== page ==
2022 NHL Off-Season Guide: The Arizona Coyotes
Welcome to the second NHL 2022 Off-Season guide. Last time out we checked in on the Montreal Canadiens and we continue moving up the regular season standings with the Arizona Coyotes. With only the Canadiens having a worse record the rebuild is on in the desert. The Coyotes are in a good position though as long as they play their cards right… and get a place to play.
With Loui Eriksson, Jay Beagle, Antoine Roussel, Anton Strälman, and Phil Kessel all unrestricted free agents the Coyotes have a chance to shed over $24 million in cap this off-season. If you are Bill Armstrong you take this chance as you enter a full-on rebuild. This gives you enough space to re-sign your Restricted Free Agents like Barrett Hayton and still have enough cap to bring in experienced pros on cheaper deals that would be a good influence among the young dressing room.
That’s not to say all will walk. If you could keep Kessel and Strälman on team-friendly deals you take the chance, even despite their age. Either could be captain which is a position currently vacant after the Coyotes traded Oliver Ekman-Larsson last off-season. Jacob Chychrun is the obvious pick should you be able to convince him on the project with four years remaining on his deal. If not, a one-year captainship of Phil Kessel could solve some problems. Although if you are looking long term this could become Clayton Keller’s team should Chychrun check out, so why not start now?
A new home? Seems too easy of an answer but it’s also the truth. Having a team means nothing if you’ve nowhere to play. The Coyotes’ agreement with Gila River Arena ended this year and they will be sharing a home with the Arizona State University Sun Devils for the foreseeable future with a new $1.2 billion arena waiting to be approved in Tempe, Arizona. Despite recent reports, the Coyotes will have their logo on the ice at the ASU Multi-Purpose Arena and will pay for upgrades to make it NHL compliant.
As for on-ice needs, the youth are coming for the Coyotes. For now, it’s all about experienced pros who will set good examples for these budding youngsters. With Clayton Keller, Barrett Hayton, Connor Timmins, Jakob Chychrun, Karel Vejmelka, and Jack McBain all 25 years old or younger the Coyotes can feel good about where this team is going, albeit Hayton is an RFA and you cannot overpay on what has not been an explosive start to his NHL career. It’s also a case of getting their buy-in for the long-term project, especially in the case of Chychrun.
With a projected cap space of $33,194,166 this off-season, the Coyotes are in a position where they can offer short-term deals until their prospects develop. They are not crunching numbers to see if they can bring back their RFA’s and UFA’s although as mentioned above I wouldn’t expect them to. There should be more than enough space to bolster the squad with experienced pros and look to continue the rebuild.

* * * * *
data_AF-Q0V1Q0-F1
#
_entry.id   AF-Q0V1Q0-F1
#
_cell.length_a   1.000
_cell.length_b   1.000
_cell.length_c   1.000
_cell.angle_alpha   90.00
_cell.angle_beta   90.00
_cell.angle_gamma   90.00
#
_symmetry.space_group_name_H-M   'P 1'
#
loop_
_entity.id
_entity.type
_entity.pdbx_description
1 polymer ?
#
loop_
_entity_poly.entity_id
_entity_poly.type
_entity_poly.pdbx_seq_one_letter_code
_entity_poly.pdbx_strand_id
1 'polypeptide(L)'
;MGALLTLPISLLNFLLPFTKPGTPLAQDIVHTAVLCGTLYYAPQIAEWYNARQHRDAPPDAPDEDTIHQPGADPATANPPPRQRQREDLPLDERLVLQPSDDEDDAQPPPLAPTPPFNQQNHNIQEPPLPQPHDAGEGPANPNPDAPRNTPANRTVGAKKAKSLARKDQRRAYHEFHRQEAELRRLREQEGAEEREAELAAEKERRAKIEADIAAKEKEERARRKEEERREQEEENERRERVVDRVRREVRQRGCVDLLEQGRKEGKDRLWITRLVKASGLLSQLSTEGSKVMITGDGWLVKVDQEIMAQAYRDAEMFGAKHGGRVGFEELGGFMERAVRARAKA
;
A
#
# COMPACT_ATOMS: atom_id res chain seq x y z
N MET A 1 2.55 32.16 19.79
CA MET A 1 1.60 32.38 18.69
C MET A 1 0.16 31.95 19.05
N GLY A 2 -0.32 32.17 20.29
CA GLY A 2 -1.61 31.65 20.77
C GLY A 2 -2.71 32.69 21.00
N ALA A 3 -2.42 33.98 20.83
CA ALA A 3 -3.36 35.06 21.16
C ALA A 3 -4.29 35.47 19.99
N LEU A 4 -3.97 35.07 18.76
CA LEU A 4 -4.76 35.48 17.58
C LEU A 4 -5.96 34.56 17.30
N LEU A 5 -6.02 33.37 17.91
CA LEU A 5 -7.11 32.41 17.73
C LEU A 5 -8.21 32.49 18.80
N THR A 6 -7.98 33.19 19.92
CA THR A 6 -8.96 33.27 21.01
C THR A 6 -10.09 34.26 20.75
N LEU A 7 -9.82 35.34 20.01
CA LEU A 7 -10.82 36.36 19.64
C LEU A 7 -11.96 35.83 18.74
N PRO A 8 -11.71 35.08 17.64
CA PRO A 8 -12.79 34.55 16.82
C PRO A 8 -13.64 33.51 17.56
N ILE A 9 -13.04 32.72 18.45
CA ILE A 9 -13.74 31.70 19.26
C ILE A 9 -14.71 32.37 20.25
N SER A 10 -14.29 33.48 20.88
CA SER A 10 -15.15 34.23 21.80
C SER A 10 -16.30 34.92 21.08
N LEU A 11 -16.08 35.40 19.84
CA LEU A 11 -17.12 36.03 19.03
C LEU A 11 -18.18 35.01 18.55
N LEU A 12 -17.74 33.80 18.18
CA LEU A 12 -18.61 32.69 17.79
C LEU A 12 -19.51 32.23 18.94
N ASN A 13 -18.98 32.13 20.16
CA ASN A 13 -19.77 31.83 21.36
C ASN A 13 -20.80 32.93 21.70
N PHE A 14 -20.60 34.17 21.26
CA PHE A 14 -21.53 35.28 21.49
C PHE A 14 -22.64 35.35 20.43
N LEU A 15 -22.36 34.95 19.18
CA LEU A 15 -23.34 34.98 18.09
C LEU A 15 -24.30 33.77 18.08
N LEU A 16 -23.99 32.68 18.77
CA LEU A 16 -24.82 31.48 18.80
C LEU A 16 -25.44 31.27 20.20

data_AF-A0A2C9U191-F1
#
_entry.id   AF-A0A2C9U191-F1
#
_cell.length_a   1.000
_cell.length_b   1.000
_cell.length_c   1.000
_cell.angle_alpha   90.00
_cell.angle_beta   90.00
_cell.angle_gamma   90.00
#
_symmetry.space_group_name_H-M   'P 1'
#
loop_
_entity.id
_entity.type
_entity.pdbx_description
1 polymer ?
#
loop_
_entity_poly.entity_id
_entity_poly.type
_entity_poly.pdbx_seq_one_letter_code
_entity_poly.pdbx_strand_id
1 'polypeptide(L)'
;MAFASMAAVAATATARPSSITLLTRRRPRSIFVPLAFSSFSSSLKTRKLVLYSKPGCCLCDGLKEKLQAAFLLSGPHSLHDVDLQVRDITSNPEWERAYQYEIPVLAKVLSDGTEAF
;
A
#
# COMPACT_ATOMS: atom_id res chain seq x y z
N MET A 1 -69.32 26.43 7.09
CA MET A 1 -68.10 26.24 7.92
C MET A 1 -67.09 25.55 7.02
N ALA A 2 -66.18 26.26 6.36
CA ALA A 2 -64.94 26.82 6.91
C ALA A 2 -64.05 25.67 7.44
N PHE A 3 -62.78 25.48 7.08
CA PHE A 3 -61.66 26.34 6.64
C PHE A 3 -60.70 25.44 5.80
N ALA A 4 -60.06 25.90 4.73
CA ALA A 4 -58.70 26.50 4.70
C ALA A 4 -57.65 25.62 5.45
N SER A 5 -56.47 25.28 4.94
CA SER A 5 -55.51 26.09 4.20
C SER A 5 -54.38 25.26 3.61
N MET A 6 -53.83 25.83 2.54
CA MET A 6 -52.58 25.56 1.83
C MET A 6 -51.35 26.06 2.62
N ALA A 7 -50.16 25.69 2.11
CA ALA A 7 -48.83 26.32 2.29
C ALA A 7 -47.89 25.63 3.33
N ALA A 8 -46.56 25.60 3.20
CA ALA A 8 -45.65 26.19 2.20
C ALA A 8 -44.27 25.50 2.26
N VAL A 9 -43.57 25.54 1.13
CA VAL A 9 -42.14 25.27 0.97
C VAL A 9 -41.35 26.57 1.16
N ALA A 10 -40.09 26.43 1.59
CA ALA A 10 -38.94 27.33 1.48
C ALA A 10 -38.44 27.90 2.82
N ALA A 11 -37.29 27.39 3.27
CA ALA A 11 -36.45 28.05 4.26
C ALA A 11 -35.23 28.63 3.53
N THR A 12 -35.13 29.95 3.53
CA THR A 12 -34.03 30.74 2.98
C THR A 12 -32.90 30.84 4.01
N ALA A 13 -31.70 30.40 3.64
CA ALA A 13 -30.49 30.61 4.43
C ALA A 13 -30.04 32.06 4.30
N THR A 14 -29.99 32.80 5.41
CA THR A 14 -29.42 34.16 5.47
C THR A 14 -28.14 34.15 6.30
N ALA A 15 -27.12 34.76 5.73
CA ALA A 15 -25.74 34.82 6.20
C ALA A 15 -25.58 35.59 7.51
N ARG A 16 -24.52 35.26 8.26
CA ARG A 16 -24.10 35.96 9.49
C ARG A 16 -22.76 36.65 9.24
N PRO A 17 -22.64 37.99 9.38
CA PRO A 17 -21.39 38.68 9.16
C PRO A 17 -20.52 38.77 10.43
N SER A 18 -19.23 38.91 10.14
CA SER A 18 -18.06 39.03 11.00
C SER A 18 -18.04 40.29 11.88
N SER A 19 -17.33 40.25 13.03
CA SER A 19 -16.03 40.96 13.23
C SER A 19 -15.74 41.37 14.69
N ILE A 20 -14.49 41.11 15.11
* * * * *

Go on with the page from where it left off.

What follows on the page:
My only concern regarding their cap space is that they overpay on RFA’s like Barrett Hayton, Christian Fischer, or Lawson Crouse just because they can. None of those have earned their big payday yet and it needs to be reflected in their new contract. No long-term deals and nothing over $3 million AAV. In Fischer’s case, even that might be too much.
With seven picks in the first two rounds of the 2022 NHL Draft, including three in the first round, the Arizona Coyotes have a real chance to change the course direction of this team for the long-term future this offseason. With the number three pick, they are guaranteed a high-end talent and with deficiencies in all areas, there’s no go-to person the Coyotes should take. The other two first-round picks are likely to be low due to the Carolina Hurricanes and Colorado Avalanche making round two of the playoffs, but should still generate some quality depth in years to come.
It’s the four second-round picks that the Coyotes will need to hit on. If they miss on all four then it’s a complete bust of a draft for General Manager Bill Armstrong. With contracts expiring as we mentioned above, filling in-depth pieces at a reasonable cost is going to be an absolute necessity for two or even three years down the line. With that many draft picks in the second round, I also would not be totally surprised if the Coyotes reached on someone. After the second round, they have only three more picks in the third, fifth and sixth round respectively. There’s every possibility they gamble on at least one of those picks for someone in the later rounds they are high on.
It’s a case of rebuild for the Arizona Coyotes, especially in a packed Central Division. The amount of Draft picks this season should help as long as Bill Armstrong and his scouting staff do their due diligence. However, the off ice issues may be just as important as the on ice issues and a new arena decision needs to be made sooner rather than later.